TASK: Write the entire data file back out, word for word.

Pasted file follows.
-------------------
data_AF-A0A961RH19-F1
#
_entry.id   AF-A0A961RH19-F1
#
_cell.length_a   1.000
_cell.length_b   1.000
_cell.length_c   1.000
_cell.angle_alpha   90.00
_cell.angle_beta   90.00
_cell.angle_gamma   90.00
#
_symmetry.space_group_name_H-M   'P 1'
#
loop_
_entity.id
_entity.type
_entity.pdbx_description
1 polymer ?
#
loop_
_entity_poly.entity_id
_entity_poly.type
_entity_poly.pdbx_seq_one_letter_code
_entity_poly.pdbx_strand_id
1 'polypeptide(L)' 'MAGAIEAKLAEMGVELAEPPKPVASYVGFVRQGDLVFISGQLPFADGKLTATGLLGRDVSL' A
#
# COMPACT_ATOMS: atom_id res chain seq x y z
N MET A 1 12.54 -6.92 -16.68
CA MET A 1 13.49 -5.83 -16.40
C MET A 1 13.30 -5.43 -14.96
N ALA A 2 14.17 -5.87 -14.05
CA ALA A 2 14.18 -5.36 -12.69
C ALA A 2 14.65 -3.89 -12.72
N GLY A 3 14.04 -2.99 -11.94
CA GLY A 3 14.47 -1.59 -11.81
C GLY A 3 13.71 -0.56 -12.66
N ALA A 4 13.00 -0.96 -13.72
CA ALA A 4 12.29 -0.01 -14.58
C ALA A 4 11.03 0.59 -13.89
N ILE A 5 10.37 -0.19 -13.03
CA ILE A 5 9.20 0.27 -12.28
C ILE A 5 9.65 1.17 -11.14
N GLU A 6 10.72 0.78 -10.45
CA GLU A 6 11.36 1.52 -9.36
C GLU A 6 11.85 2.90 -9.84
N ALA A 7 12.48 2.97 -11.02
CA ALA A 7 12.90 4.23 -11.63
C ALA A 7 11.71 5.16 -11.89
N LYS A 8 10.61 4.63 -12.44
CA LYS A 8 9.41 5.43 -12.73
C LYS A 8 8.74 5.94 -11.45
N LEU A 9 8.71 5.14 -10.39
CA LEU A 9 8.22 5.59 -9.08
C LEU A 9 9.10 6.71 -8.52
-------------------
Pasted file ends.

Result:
data_AF-A0A961RH19-F1
#
_entry.id   AF-A0A961RH19-F1
#
_cell.length_a   1.000
_cell.length_b   1.000
_cell.length_c   1.000
_cell.angle_alpha   90.00
_cell.angle_beta   90.00
_cell.angle_gamma   90.00
#
_symmetry.space_group_name_H-M   'P 1'
#
loop_
_entity.id
_entity.type
_entity.pdbx_description
1 polymer ?
#
loop_
_entity_poly.entity_id
_entity_poly.type
_entity_poly.pdbx_seq_one_letter_code
_entity_poly.pdbx_strand_id
1 'polypeptide(L)' 'MAGAIEAKLAEMGVELAEPPKPVASYVGFVRQGDLVFISGQLPFADGKLTATGLLGRDVSL' A
#
# COMPACT_ATOMS: atom_id res chain seq x y z
N MET A 1 12.54 -6.92 -16.68
CA MET A 1 13.49 -5.83 -16.40
C MET A 1 13.30 -5.43 -14.96
N ALA A 2 14.17 -5.87 -14.05
CA ALA A 2 14.18 -5.36 -12.69
C ALA A 2 14.65 -3.89 -12.72
N GLY A 3 14.04 -2.99 -11.94
CA GLY A 3 14.47 -1.59 -11.81
C GLY A 3 13.71 -0.56 -12.66
N ALA A 4 13.00 -0.96 -13.72
CA ALA A 4 12.29 -0.01 -14.58
C ALA A 4 11.03 0.59 -13.89
N ILE A 5 10.37 -0.19 -13.03
CA ILE A 5 9.20 0.27 -12.28
C ILE A 5 9.65 1.17 -11.14
N GLU A 6 10.72 0.78 -10.45
CA GLU A 6 11.36 1.52 -9.36
C GLU A 6 11.85 2.90 -9.84
N ALA A 7 12.48 2.97 -11.02
CA ALA A 7 12.90 4.23 -11.63
C ALA A 7 11.71 5.16 -11.89
N LYS A 8 10.61 4.63 -12.44
CA LYS A 8 9.41 5.43 -12.73
C LYS A 8 8.74 5.94 -11.45
N LEU A 9 8.71 5.14 -10.39
CA LEU A 9 8.22 5.59 -9.08
C LEU A 9 9.10 6.71 -8.52